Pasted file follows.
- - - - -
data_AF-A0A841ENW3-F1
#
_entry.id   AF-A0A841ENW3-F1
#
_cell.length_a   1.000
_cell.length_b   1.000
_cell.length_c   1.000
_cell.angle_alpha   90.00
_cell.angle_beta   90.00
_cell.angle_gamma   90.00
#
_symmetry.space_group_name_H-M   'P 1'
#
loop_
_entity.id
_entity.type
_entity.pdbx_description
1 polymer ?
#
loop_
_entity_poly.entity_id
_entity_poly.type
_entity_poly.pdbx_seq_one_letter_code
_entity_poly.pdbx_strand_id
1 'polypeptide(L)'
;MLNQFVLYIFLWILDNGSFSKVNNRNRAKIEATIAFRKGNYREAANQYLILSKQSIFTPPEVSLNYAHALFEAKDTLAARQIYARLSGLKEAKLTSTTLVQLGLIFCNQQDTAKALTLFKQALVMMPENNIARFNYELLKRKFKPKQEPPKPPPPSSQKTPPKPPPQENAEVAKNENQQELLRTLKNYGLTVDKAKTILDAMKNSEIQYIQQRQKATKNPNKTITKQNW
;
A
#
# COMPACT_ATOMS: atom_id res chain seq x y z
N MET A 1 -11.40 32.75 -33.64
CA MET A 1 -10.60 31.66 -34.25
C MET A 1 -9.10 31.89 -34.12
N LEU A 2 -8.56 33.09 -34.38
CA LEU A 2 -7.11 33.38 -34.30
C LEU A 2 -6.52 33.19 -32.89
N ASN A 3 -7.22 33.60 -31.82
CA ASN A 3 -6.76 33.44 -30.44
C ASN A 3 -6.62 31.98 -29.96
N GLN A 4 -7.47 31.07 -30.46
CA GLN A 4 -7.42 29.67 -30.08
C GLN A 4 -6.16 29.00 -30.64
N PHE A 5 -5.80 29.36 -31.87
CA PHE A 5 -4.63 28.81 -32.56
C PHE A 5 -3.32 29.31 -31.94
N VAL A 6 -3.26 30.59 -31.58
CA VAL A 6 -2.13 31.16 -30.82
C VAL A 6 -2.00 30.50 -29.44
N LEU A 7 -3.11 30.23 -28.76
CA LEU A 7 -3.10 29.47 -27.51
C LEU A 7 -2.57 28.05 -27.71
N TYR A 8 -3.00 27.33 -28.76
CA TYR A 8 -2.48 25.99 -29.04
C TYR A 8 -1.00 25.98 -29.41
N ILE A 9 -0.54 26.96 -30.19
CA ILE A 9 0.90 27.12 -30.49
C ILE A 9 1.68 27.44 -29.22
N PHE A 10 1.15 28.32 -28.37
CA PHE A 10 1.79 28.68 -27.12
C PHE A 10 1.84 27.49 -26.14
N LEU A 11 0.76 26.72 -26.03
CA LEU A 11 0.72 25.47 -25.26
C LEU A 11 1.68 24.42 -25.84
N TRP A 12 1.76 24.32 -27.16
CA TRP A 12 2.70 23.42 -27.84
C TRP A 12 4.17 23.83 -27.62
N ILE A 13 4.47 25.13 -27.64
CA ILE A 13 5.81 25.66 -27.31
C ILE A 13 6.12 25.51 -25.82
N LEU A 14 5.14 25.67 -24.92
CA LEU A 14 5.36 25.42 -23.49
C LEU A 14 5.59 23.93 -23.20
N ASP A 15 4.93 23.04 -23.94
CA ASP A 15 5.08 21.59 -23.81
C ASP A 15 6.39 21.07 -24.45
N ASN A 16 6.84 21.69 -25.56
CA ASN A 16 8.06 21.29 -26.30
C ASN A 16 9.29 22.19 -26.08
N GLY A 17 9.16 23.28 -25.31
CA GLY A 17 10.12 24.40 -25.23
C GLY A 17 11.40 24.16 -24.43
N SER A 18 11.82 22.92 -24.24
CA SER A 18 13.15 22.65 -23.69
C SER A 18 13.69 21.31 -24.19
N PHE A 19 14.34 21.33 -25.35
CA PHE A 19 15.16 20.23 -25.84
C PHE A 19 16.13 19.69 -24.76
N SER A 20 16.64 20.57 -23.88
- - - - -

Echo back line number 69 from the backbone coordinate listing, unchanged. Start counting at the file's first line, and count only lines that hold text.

C ILE A 13 6.12 25.51 -25.82